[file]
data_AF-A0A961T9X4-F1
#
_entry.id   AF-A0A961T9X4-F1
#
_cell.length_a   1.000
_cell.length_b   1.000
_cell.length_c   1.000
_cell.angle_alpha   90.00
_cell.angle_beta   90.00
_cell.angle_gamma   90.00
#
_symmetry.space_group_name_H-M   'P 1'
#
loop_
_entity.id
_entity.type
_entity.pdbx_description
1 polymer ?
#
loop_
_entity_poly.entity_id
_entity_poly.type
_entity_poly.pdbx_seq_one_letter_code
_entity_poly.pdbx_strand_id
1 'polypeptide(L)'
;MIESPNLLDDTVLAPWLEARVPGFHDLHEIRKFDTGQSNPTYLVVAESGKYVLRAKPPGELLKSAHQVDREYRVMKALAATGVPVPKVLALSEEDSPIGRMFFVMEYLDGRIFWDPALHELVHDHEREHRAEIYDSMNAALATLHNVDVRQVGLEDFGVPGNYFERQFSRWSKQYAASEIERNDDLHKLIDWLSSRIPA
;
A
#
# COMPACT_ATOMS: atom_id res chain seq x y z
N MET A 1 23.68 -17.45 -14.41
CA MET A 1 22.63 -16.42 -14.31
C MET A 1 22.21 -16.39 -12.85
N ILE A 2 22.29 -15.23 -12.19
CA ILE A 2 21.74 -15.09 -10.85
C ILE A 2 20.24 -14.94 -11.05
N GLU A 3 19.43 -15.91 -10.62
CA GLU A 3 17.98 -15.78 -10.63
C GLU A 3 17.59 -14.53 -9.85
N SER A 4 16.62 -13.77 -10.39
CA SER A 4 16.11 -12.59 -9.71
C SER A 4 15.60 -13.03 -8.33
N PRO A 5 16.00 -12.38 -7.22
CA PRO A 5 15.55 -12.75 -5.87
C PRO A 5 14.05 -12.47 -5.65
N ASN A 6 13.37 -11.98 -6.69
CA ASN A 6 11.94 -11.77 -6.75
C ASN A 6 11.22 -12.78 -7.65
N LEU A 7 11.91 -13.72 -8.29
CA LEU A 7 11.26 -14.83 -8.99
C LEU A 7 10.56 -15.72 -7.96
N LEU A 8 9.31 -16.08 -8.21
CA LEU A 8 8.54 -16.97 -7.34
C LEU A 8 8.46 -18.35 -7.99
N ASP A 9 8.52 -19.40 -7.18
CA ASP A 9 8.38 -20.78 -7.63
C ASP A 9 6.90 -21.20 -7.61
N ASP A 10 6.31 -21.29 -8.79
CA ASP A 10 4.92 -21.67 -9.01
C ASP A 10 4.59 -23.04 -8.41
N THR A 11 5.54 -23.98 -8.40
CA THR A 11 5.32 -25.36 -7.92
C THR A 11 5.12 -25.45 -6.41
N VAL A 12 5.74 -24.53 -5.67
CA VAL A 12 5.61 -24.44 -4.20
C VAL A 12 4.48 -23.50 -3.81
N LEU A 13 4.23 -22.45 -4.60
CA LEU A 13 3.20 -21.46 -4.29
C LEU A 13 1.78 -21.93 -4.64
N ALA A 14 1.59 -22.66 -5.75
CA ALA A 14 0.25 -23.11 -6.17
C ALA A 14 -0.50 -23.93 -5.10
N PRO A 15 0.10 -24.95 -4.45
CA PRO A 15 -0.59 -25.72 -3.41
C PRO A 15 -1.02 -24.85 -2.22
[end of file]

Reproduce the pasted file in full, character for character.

data_AF-A0A961T9X4-F1
#
_entry.id   AF-A0A961T9X4-F1
#
_cell.length_a   1.000
_cell.length_b   1.000
_cell.length_c   1.000
_cell.angle_alpha   90.00
_cell.angle_beta   90.00
_cell.angle_gamma   90.00
#
_symmetry.space_group_name_H-M   'P 1'
#
loop_
_entity.id
_entity.type
_entity.pdbx_description
1 polymer ?
#
loop_
_entity_poly.entity_id
_entity_poly.type
_entity_poly.pdbx_seq_one_letter_code
_entity_poly.pdbx_strand_id
1 'polypeptide(L)'
;MIESPNLLDDTVLAPWLEARVPGFHDLHEIRKFDTGQSNPTYLVVAESGKYVLRAKPPGELLKSAHQVDREYRVMKALAATGVPVPKVLALSEEDSPIGRMFFVMEYLDGRIFWDPALHELVHDHEREHRAEIYDSMNAALATLHNVDVRQVGLEDFGVPGNYFERQFSRWSKQYAASEIERNDDLHKLIDWLSSRIPA
;
A
#
# COMPACT_ATOMS: atom_id res chain seq x y z
N MET A 1 23.68 -17.45 -14.41
CA MET A 1 22.63 -16.42 -14.31
C MET A 1 22.21 -16.39 -12.85
N ILE A 2 22.29 -15.23 -12.19
CA ILE A 2 21.74 -15.09 -10.85
C ILE A 2 20.24 -14.94 -11.05
N GLU A 3 19.43 -15.91 -10.62
CA GLU A 3 17.98 -15.78 -10.63
C GLU A 3 17.59 -14.53 -9.85
N SER A 4 16.62 -13.77 -10.39
CA SER A 4 16.11 -12.59 -9.71
C SER A 4 15.60 -13.03 -8.33
N PRO A 5 16.00 -12.38 -7.22
CA PRO A 5 15.55 -12.75 -5.87
C PRO A 5 14.05 -12.47 -5.65
N ASN A 6 13.37 -11.98 -6.69
CA ASN A 6 11.94 -11.77 -6.75
C ASN A 6 11.22 -12.78 -7.65
N LEU A 7 11.91 -13.72 -8.29
CA LEU A 7 11.26 -14.83 -8.99
C LEU A 7 10.56 -15.72 -7.96
N LEU A 8 9.31 -16.08 -8.21
CA LEU A 8 8.54 -16.97 -7.34
C LEU A 8 8.46 -18.35 -7.99
N ASP A 9 8.52 -19.40 -7.18
CA ASP A 9 8.38 -20.78 -7.63
C ASP A 9 6.90 -21.20 -7.61
N ASP A 10 6.31 -21.29 -8.79
CA ASP A 10 4.92 -21.67 -9.01
C ASP A 10 4.59 -23.04 -8.41
N THR A 11 5.54 -23.98 -8.40
CA THR A 11 5.32 -25.36 -7.92
C THR A 11 5.12 -25.45 -6.41
N VAL A 12 5.74 -24.53 -5.67
CA VAL A 12 5.61 -24.44 -4.20
C VAL A 12 4.48 -23.50 -3.81
N LEU A 13 4.23 -22.45 -4.60
CA LEU A 13 3.20 -21.46 -4.29
C LEU A 13 1.78 -21.93 -4.64
N ALA A 14 1.59 -22.66 -5.75
CA ALA A 14 0.25 -23.11 -6.17
C ALA A 14 -0.50 -23.93 -5.10
N PRO A 15 0.10 -24.95 -4.45
CA PRO A 15 -0.59 -25.72 -3.41
C PRO A 15 -1.02 -24.85 -2.22